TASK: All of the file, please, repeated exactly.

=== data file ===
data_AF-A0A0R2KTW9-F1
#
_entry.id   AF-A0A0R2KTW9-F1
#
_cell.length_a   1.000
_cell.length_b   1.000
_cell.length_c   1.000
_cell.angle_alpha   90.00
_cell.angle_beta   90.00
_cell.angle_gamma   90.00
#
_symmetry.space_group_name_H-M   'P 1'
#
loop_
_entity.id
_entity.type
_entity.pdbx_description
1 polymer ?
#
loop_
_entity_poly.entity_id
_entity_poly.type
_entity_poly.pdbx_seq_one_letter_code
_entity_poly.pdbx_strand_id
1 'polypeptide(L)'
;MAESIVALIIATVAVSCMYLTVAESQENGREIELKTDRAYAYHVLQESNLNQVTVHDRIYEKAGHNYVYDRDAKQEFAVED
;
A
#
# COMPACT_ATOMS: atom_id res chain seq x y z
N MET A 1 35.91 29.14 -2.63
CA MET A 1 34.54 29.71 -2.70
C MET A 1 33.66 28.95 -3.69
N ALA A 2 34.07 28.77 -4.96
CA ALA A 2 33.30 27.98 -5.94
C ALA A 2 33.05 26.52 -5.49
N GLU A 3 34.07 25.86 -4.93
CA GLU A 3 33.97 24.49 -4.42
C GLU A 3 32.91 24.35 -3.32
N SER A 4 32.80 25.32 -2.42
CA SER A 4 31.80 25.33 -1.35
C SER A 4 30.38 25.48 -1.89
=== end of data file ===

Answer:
data_AF-A0A0R2KTW9-F1
#
_entry.id   AF-A0A0R2KTW9-F1
#
_cell.length_a   1.000
_cell.length_b   1.000
_cell.length_c   1.000
_cell.angle_alpha   90.00
_cell.angle_beta   90.00
_cell.angle_gamma   90.00
#
_symmetry.space_group_name_H-M   'P 1'
#
loop_
_entity.id
_entity.type
_entity.pdbx_description
1 polymer ?
#
loop_
_entity_poly.entity_id
_entity_poly.type
_entity_poly.pdbx_seq_one_letter_code
_entity_poly.pdbx_strand_id
1 'polypeptide(L)'
;MAESIVALIIATVAVSCMYLTVAESQENGREIELKTDRAYAYHVLQESNLNQVTVHDRIYEKAGHNYVYDRDAKQEFAVED
;
A
#
# COMPACT_ATOMS: atom_id res chain seq x y z
N MET A 1 35.91 29.14 -2.63
CA MET A 1 34.54 29.71 -2.70
C MET A 1 33.66 28.95 -3.69
N ALA A 2 34.07 28.77 -4.96
CA ALA A 2 33.30 27.98 -5.94
C ALA A 2 33.05 26.52 -5.49
N GLU A 3 34.07 25.86 -4.93
CA GLU A 3 33.97 24.49 -4.42
C GLU A 3 32.91 24.35 -3.32
N SER A 4 32.80 25.32 -2.42
CA SER A 4 31.80 25.33 -1.35
C SER A 4 30.38 25.48 -1.89